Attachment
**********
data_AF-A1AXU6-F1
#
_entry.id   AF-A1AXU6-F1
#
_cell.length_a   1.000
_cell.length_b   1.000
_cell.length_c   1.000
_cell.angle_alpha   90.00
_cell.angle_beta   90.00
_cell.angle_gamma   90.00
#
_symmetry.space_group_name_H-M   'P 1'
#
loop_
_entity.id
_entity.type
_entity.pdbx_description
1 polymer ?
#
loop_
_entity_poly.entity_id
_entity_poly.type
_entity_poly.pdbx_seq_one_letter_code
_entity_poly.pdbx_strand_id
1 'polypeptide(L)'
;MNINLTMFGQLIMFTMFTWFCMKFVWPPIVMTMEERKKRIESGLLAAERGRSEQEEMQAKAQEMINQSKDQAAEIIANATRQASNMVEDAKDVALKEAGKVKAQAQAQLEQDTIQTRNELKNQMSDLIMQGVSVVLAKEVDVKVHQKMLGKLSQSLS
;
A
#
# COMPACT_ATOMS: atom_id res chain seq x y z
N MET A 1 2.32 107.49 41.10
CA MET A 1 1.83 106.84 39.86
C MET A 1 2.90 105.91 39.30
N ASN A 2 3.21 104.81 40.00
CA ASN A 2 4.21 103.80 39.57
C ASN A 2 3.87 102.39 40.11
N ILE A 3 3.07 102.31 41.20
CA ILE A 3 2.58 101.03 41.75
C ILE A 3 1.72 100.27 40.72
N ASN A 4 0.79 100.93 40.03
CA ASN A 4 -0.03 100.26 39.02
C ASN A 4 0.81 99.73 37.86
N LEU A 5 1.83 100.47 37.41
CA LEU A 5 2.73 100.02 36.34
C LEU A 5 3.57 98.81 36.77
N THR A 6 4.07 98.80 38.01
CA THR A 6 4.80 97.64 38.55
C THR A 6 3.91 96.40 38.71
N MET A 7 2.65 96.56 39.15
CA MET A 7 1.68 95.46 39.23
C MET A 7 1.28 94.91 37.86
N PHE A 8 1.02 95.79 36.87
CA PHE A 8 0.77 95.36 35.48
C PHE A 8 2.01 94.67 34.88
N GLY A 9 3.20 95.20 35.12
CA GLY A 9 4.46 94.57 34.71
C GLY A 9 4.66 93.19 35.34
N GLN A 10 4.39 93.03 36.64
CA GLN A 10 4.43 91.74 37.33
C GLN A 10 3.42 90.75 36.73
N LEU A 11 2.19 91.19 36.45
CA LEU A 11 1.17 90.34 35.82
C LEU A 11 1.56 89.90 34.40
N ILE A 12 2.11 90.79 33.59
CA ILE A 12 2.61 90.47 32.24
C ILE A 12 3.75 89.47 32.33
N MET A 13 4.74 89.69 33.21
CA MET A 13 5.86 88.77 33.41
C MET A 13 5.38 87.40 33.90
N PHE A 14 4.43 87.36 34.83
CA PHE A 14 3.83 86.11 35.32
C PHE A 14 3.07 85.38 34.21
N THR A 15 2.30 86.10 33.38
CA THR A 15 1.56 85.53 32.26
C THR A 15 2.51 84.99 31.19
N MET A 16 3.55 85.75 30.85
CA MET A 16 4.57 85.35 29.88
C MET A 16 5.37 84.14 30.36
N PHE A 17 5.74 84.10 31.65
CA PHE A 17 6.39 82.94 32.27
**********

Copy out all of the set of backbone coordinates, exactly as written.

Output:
data_AF-A1AXU6-F1
#
_entry.id   AF-A1AXU6-F1
#
_cell.length_a   1.000
_cell.length_b   1.000
_cell.length_c   1.000
_cell.angle_alpha   90.00
_cell.angle_beta   90.00
_cell.angle_gamma   90.00
#
_symmetry.space_group_name_H-M   'P 1'
#
loop_
_entity.id
_entity.type
_entity.pdbx_description
1 polymer ?
#
loop_
_entity_poly.entity_id
_entity_poly.type
_entity_poly.pdbx_seq_one_letter_code
_entity_poly.pdbx_strand_id
1 'polypeptide(L)'
;MNINLTMFGQLIMFTMFTWFCMKFVWPPIVMTMEERKKRIESGLLAAERGRSEQEEMQAKAQEMINQSKDQAAEIIANATRQASNMVEDAKDVALKEAGKVKAQAQAQLEQDTIQTRNELKNQMSDLIMQGVSVVLAKEVDVKVHQKMLGKLSQSLS
;
A
#
# COMPACT_ATOMS: atom_id res chain seq x y z
N MET A 1 2.32 107.49 41.10
CA MET A 1 1.83 106.84 39.86
C MET A 1 2.90 105.91 39.30
N ASN A 2 3.21 104.81 40.00
CA ASN A 2 4.21 103.80 39.57
C ASN A 2 3.87 102.39 40.11
N ILE A 3 3.07 102.31 41.20
CA ILE A 3 2.58 101.03 41.75
C ILE A 3 1.72 100.27 40.72
N ASN A 4 0.79 100.93 40.03
CA ASN A 4 -0.03 100.26 39.02
C ASN A 4 0.81 99.73 37.86
N LEU A 5 1.83 100.47 37.41
CA LEU A 5 2.73 100.02 36.34
C LEU A 5 3.57 98.81 36.77
N THR A 6 4.07 98.80 38.01
CA THR A 6 4.80 97.64 38.55
C THR A 6 3.91 96.40 38.71
N MET A 7 2.65 96.56 39.15
CA MET A 7 1.68 95.46 39.23
C MET A 7 1.28 94.91 37.86
N PHE A 8 1.02 95.79 36.87
CA PHE A 8 0.77 95.36 35.48
C PHE A 8 2.01 94.67 34.88
N GLY A 9 3.20 95.20 35.12
CA GLY A 9 4.46 94.57 34.71
C GLY A 9 4.66 93.19 35.34
N GLN A 10 4.39 93.03 36.64
CA GLN A 10 4.43 91.74 37.33
C GLN A 10 3.42 90.75 36.73
N LEU A 11 2.19 91.19 36.45
CA LEU A 11 1.17 90.34 35.82
C LEU A 11 1.56 89.90 34.40
N ILE A 12 2.11 90.79 33.59
CA ILE A 12 2.61 90.47 32.24
C ILE A 12 3.75 89.47 32.33
N MET A 13 4.74 89.69 33.21
CA MET A 13 5.86 88.77 33.41
C MET A 13 5.38 87.40 33.90
N PHE A 14 4.43 87.36 34.83
CA PHE A 14 3.83 86.11 35.32
C PHE A 14 3.07 85.38 34.21
N THR A 15 2.30 86.10 33.38
CA THR A 15 1.56 85.53 32.26
C THR A 15 2.51 84.99 31.19
N MET A 16 3.55 85.75 30.85
CA MET A 16 4.57 85.35 29.88
C MET A 16 5.37 84.14 30.36
N PHE A 17 5.74 84.10 31.65
CA PHE A 17 6.39 82.94 32.27